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Tag 08WF

Chapter 34: Descent > Section 34.4: Descent for universally injective morphisms

34.4.1. Category-theoretic preliminaries

We start by recalling a few basic notions from category theory which will simplify the exposition. In this subsection, fix an ambient category.

For two morphisms $g_1, g_2: B \to C$, recall that an equalizer of $g_1$ and $g_2$ is a morphism $f: A \to B$ which satisfies $g_1 \circ f = g_2 \circ f$ and is universal for this property. This second statement means that any commutative diagram $$ \xymatrix{A' \ar[rd]^e \ar@/^1.5pc/[rrd] \ar@{-->}[d] & & \\ A \ar[r]^f & B \ar@<1ex>[r]^{g_1} \ar@<-1ex>[r]_{g_2} & C } $$ without the dashed arrow can be uniquely completed. We also say in this situation that the diagram \begin{equation} \tag{34.4.1.1} \xymatrix{ A \ar[r]^f & B \ar@<1ex>[r]^{g_1} \ar@<-1ex>[r]_{g_2} & C } \end{equation} is an equalizer. Reversing arrows gives the definition of a coequalizer. See Categories, Sections 4.10 and 4.11.

Since it involves a universal property, the property of being an equalizer is typically not stable under applying a covariant functor. Just as for monomorphisms and epimorphisms, one can get around this in some cases by exhibiting splittings.

Definition 34.4.2. A split equalizer is a diagram (34.4.1.1) with $g_1 \circ f = g_2 \circ f$ for which there exist auxiliary morphisms $h : B \to A$ and $i : C \to B$ such that \begin{equation} \tag{34.4.2.1} h \circ f = 1_A, \quad f \circ h = i \circ g_1, \quad i \circ g_2 = 1_B. \end{equation}

The point is that the equalities among arrows force (34.4.1.1) to be an equalizer: the map $e$ factors uniquely through $f$ by writing $e = f \circ (h \circ e)$. Consequently, applying a covariant functor to a split equalizer gives a split equalizer; applying a contravariant functor gives a split coequalizer, whose definition is apparent.

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    \subsection{Category-theoretic preliminaries}
    \label{subsection-category-prelims}
    
    \noindent
    We start by recalling a few basic notions from category theory which will 
    simplify the exposition. In this subsection, fix an ambient category.
    
    \medskip\noindent
    For two morphisms $g_1, g_2: B \to C$, recall that an {\it equalizer}
    of $g_1$ and $g_2$  is a morphism $f: A \to B$ which satisfies
    $g_1 \circ f = g_2 \circ f$ and is universal for this property.
    This second statement means that any commutative diagram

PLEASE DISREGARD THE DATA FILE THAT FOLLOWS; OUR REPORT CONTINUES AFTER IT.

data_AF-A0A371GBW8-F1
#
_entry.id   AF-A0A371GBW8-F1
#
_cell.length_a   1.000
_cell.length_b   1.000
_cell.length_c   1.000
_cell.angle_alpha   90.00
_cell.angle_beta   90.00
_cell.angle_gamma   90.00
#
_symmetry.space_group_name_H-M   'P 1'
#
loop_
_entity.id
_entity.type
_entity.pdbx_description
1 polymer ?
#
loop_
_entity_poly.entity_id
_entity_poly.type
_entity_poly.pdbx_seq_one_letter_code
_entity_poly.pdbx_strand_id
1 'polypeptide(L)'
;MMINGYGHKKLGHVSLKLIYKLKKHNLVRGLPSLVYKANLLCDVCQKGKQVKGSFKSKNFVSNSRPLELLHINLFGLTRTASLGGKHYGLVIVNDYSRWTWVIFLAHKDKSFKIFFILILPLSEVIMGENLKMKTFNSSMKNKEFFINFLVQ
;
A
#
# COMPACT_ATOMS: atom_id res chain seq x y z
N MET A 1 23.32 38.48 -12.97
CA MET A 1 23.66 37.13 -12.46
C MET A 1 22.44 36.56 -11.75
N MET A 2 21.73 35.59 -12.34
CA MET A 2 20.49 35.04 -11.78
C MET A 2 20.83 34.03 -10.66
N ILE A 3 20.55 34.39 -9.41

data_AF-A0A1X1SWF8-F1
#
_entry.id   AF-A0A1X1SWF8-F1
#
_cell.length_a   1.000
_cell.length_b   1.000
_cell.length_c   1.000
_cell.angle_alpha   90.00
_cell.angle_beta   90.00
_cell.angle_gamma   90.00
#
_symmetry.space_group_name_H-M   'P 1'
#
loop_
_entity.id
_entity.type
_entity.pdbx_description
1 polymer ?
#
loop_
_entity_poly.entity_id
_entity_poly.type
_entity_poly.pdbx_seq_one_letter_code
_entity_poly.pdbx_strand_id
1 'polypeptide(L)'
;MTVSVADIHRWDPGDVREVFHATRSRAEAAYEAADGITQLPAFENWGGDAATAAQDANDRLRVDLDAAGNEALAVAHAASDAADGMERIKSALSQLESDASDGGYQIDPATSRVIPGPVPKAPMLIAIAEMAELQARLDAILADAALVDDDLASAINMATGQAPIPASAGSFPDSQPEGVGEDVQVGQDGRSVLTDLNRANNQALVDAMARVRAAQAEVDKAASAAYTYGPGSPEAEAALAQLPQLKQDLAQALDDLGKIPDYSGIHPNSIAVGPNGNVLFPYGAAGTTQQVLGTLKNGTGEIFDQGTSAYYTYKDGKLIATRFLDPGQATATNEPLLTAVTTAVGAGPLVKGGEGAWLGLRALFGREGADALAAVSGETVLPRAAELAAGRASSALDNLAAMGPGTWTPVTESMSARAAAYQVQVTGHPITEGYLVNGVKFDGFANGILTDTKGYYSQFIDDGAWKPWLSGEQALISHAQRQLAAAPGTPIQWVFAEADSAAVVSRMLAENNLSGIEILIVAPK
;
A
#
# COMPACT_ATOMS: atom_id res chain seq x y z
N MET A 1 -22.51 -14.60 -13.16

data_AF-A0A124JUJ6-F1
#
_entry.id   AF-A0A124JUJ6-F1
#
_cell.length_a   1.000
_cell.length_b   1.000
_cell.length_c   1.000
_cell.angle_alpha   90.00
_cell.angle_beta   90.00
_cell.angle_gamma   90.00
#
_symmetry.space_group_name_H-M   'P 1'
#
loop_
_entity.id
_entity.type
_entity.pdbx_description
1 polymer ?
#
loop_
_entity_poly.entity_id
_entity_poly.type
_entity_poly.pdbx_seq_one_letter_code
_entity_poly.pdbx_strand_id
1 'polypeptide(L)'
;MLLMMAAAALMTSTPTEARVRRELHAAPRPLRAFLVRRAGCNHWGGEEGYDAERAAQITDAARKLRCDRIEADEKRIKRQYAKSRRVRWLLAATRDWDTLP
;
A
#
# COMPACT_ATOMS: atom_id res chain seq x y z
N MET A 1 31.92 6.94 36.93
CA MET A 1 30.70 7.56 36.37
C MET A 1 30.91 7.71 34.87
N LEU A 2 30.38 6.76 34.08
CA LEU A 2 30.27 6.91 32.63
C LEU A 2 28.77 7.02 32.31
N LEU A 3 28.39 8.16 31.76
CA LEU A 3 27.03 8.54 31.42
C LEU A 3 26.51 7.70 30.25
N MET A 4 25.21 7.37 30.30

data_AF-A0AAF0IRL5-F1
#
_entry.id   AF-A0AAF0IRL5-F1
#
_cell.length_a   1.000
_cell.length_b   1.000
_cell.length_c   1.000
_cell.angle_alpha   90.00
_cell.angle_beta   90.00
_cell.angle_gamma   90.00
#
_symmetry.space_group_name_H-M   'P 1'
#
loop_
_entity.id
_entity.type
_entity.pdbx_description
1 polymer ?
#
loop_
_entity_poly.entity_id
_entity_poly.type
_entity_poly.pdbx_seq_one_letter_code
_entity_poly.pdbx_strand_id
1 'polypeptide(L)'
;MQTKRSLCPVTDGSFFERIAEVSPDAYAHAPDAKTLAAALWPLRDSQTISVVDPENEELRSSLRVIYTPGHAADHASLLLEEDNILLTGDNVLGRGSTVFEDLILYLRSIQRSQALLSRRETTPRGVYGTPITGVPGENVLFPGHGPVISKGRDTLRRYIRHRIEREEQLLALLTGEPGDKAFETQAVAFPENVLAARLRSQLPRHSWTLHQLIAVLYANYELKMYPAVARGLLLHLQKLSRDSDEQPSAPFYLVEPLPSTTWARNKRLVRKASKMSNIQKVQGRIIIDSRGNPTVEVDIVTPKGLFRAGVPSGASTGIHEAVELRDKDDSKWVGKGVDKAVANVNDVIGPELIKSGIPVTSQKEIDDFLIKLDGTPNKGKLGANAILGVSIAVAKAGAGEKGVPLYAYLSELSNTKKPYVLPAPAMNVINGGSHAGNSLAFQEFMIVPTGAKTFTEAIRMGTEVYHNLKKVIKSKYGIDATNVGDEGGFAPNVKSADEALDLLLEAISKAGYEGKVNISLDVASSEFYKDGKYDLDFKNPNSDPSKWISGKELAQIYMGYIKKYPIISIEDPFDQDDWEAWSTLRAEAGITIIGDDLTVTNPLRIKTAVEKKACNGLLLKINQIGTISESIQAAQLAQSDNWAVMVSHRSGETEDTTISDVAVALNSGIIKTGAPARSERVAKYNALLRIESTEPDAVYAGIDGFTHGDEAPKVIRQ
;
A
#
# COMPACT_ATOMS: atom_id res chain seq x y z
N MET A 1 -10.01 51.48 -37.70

$$
    \xymatrix{A' \ar[rd]^e \ar@/^1.5pc/[rrd] \ar@{-->}[d] & & \\
    A \ar[r]^f & B \ar@<1ex>[r]^{g_1} \ar@<-1ex>[r]_{g_2} & 
    C
    }
    $$
    without the dashed arrow can be uniquely completed. We also say in this 
    situation that the diagram
    \begin{equation}
    \label{equation-equalizer}
    \xymatrix{
    A \ar[r]^f  & B \ar@<1ex>[r]^{g_1} \ar@<-1ex>[r]_{g_2} & C
    }
    \end{equation}
    is an equalizer. Reversing arrows gives the definition of a {\it coequalizer}.
    See Categories, Sections \ref{categories-section-equalizers} and
    \ref{categories-section-coequalizers}.
    
    \medskip\noindent
    Since it involves a universal property, the property of being an equalizer is 
    typically not stable under applying a covariant functor. Just as for
    monomorphisms and epimorphisms, one can get around this in some
    cases by exhibiting splittings.
    
    \begin{definition}
    \label{definition-split-equalizer}
    A {\it split equalizer} is a diagram (\ref{equation-equalizer}) with
    $g_1 \circ f = g_2 \circ f$ for which there exist auxiliary morphisms
    $h : B \to A$ and $i : C \to B$ such that
    \begin{equation}
    \label{equation-split-equalizer-conditions}
    h \circ f = 1_A, \quad f \circ h = i \circ g_1, \quad i \circ g_2 = 1_B.
    \end{equation}
    \end{definition}
    
    \noindent
    The point is that the equalities among arrows force (\ref{equation-equalizer}) 
    to be an equalizer: the map $e$ factors uniquely through $f$ by writing
    $e = f \circ (h \circ e)$. Consequently, applying a covariant functor
    to a split equalizer gives a split equalizer; applying a contravariant functor 
    gives a {\it split coequalizer}, whose definition is apparent.

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